According to the church calendar, December 28 is the day to remember when King Herod the Great sent soldiers to Bethlehem with the order to kill all the children two years and under who were in Bethlehem and in all its surroundings. But, by his angel, God sent Joseph to take the Child Jesus and Mary to flee to Egypt, beyond the wickedness of Herod. Jesus lived to meet his death on the cross, in the place of each one of us.
Only because of the Gospel of Saint Matthew do we remember these innocents of Bethlehem. There are no contemporary records of the deaths of the innocents in Bethlehem, because there were so many large-scale atrocities. Abortion, infanticide, and euthanasia were frequently practiced in the ancient world.
Today we live in a world where abortion is the leading cause of death for children worldwide. With a rate of 125,000 baby aborted each day, that means that the same number of babies have died in abortions in just 11 days as the number of people worldwide who have died in total from the coronavirus.
On Wednesday, December 30, the second day after the Day of the Innocents, the Senate of Argentina approved the bill to legalize abortion promoted by the president of their country. The Evangelical Lutheran Church of Argentina has denounced this decision. The statement of Arturo Truenow, presiding pastor of the IELA, his vice presidents and district presidents, reads in part: "Before the sanction of the abortion law (voluntary interruption of pregnancy) by the National Congress as the Evangelical Lutheran Church of Argentina, we express our rejection of this law ... We maintain our conviction that existence and life is the gift of God. It belongs to Him to give it and take it away (Job 1:21). Therefore, sanctioned by the law, abortion will continue to be sin against the Law of God ... As servants of God, we offer our help, support and guidance based on the Word of God (the Bible) both to future mothers who have doubts about continuing with their pregnancy, as well as those who have made the sad determination to end a life and suffer for having done so ”. We must pray for Argentina and all the countries that do not protect the lives of human beings in the womb.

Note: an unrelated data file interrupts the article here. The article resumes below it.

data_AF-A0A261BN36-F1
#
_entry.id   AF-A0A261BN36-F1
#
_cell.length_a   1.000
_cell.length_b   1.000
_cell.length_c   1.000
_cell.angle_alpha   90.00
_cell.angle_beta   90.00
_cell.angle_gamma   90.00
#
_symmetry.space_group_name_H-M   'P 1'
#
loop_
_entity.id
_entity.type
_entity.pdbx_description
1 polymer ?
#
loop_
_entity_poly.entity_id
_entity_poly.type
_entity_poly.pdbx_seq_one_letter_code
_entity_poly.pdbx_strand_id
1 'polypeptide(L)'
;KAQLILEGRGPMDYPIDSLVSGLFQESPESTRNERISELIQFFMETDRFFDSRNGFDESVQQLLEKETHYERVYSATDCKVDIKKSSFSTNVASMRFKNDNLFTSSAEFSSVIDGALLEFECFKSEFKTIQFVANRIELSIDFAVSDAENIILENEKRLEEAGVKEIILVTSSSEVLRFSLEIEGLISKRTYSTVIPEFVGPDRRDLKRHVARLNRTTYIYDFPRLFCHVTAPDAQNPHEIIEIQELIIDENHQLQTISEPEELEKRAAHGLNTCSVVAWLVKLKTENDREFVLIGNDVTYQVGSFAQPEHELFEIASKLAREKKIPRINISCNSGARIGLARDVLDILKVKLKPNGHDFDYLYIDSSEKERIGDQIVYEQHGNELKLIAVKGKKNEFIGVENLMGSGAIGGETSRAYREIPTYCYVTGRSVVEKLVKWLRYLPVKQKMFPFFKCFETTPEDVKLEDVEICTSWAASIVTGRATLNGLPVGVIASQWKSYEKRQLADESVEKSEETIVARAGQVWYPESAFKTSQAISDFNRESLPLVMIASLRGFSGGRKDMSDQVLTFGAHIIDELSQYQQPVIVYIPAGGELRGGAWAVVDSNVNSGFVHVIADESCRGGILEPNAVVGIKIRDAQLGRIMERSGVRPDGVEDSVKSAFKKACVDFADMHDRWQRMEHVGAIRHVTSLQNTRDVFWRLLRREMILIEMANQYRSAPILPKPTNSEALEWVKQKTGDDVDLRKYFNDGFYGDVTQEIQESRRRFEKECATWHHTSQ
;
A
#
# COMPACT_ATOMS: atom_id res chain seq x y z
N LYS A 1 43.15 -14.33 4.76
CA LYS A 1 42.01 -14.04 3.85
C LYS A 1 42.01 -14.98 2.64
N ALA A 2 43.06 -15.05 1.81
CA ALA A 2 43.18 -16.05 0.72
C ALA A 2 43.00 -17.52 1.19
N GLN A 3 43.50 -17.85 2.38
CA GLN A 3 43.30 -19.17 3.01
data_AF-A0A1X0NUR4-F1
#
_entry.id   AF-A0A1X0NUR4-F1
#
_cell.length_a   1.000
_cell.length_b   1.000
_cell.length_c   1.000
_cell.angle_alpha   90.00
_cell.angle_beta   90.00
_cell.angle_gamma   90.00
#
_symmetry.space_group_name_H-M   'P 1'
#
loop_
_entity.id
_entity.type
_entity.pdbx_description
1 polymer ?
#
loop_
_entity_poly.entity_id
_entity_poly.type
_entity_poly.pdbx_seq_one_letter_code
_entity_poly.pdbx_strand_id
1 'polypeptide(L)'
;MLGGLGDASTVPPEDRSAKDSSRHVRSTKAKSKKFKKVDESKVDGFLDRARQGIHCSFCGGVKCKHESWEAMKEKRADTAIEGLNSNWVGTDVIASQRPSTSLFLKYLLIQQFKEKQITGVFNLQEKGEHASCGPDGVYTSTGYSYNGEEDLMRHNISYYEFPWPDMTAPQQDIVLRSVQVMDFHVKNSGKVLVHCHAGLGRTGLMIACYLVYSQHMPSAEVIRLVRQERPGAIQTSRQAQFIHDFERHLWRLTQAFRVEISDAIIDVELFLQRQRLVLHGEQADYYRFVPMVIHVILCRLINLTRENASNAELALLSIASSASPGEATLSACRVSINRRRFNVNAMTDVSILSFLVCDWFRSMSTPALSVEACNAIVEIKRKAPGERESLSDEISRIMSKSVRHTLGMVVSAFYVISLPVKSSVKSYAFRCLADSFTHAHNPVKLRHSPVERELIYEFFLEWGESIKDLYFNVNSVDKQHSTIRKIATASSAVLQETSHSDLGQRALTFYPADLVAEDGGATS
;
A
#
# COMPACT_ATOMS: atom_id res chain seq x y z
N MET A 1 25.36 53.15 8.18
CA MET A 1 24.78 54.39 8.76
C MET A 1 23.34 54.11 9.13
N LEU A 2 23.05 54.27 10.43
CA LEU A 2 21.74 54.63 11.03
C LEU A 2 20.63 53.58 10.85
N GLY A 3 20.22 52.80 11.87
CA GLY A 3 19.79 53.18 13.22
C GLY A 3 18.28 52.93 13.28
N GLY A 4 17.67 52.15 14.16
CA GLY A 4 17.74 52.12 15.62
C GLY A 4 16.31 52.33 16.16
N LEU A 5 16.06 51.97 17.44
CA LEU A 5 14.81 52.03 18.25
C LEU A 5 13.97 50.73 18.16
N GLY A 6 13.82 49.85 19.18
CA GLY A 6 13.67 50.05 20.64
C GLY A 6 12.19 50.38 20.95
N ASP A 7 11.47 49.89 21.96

We learned from the prayers of the psalmist, Anna, and Mary that our God is holy and sovereign. The Lord is high above all nations, exalted above all human states with their weak rulers, and His glory above the heavens, over which He is also the absolute sovereign. He listens to the prayers of the humble and is merciful. His promises are sure.
Also in His holy gospel there is consolation for sterile women, for those whose children are stillborn, who are considering abortion and those who have committed abortion.
When the Lord decides to bless a couple with children, this does not mean that the Lord has taken away His favor. In some circumstances, adoption is the best alternative for the couple to consider. Also to put up for adoption is an alternative for women considering abortion.
While still alive in its mother's womb, a child can be presented and entrusted to Christ by our prayers. We must not doubt that these prayers have been heard, for we have the tender and comforting promises of God that in the name of Jesus Christ He answers those prayers. The aborted child can be commended to God's mercy and the woman who suffers the shame of abortion can receive God's forgiveness.
When the death of a child comes before holy baptism, we trust by His grace that God has already received the child because of the death and resurrection of his Son, Jesus Christ, our Lord. He only condemns the rejection of baptism when there is the opportunity to be baptized.
Best of all is to receive not only the gift of physical life, but also the promise of eternal life in baptism. As our epistle says (Titus 3: 4-7): “But when the goodness of God our Savior was manifested, and his love for men, he saved us, not because of works of justice that we have done, but because of his mercy. , by the washing of regeneration and renewal of the Holy Spirit; which he poured out on us abundantly through Jesus Christ our Savior, so that being justified by his grace, we might become heirs according to the hope of eternal life. "
May the peace that passes all understanding be with you. Amen.